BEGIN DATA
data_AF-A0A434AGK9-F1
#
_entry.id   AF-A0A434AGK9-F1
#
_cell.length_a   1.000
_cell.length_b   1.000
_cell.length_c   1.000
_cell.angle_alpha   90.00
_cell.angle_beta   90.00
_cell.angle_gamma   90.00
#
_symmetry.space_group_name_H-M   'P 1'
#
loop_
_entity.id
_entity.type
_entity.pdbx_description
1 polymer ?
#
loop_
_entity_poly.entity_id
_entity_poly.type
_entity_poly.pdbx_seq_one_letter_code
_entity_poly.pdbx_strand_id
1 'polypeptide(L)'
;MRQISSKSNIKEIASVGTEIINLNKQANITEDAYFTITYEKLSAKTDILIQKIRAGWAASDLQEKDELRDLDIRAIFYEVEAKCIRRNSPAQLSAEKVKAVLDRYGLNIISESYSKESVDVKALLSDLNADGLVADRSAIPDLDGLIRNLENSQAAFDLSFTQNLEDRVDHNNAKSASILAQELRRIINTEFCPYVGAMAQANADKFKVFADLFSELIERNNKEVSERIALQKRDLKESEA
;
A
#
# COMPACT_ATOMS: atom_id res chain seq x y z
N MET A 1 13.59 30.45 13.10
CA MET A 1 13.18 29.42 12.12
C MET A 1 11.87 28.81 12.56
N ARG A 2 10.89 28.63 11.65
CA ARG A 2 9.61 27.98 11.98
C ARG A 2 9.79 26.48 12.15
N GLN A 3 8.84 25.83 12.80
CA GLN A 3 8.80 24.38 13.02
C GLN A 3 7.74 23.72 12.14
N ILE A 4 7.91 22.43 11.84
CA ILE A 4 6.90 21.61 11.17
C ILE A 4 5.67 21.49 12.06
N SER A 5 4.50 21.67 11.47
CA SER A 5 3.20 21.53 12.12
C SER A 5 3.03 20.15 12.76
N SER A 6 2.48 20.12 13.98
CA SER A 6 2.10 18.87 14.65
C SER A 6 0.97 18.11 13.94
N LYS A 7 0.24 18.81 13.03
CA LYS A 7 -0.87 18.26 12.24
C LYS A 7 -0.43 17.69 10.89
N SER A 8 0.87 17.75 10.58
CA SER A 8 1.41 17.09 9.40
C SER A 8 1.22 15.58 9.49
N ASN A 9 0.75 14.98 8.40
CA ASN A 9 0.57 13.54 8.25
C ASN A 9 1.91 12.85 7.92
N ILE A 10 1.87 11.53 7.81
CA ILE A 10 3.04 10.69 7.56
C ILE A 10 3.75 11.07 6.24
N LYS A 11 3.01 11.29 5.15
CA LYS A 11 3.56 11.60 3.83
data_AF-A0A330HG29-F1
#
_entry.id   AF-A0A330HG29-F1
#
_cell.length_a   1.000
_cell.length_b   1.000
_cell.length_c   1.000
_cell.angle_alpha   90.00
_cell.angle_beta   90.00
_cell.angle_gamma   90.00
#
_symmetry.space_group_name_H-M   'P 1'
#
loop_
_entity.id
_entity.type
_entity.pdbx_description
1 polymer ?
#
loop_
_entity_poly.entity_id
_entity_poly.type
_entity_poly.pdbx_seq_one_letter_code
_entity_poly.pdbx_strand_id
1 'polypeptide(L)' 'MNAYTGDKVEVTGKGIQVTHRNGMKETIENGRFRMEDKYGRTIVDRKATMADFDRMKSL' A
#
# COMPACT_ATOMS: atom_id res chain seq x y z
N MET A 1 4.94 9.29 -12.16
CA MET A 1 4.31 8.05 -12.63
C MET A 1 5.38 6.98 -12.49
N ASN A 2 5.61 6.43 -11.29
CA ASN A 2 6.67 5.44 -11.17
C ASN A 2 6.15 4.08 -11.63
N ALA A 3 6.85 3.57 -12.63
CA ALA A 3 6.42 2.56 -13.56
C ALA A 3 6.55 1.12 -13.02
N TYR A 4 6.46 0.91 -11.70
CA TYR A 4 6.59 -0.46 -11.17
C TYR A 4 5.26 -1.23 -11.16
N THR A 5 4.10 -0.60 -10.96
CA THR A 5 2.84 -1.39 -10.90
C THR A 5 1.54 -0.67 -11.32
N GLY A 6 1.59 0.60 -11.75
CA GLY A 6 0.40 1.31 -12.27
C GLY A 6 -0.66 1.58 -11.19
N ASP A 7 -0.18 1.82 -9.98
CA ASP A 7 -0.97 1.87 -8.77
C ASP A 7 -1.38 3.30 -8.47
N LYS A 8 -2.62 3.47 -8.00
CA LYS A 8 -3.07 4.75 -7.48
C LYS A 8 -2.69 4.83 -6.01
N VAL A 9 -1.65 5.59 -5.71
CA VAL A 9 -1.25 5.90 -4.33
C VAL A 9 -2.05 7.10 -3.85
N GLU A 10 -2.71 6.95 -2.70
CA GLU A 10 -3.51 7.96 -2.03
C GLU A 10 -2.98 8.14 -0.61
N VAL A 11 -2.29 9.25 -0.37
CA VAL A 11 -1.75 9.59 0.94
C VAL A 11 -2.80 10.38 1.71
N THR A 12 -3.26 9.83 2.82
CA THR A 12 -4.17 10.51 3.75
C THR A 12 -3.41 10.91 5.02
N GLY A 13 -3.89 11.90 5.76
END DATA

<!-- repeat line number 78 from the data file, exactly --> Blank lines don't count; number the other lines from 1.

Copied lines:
_entity.type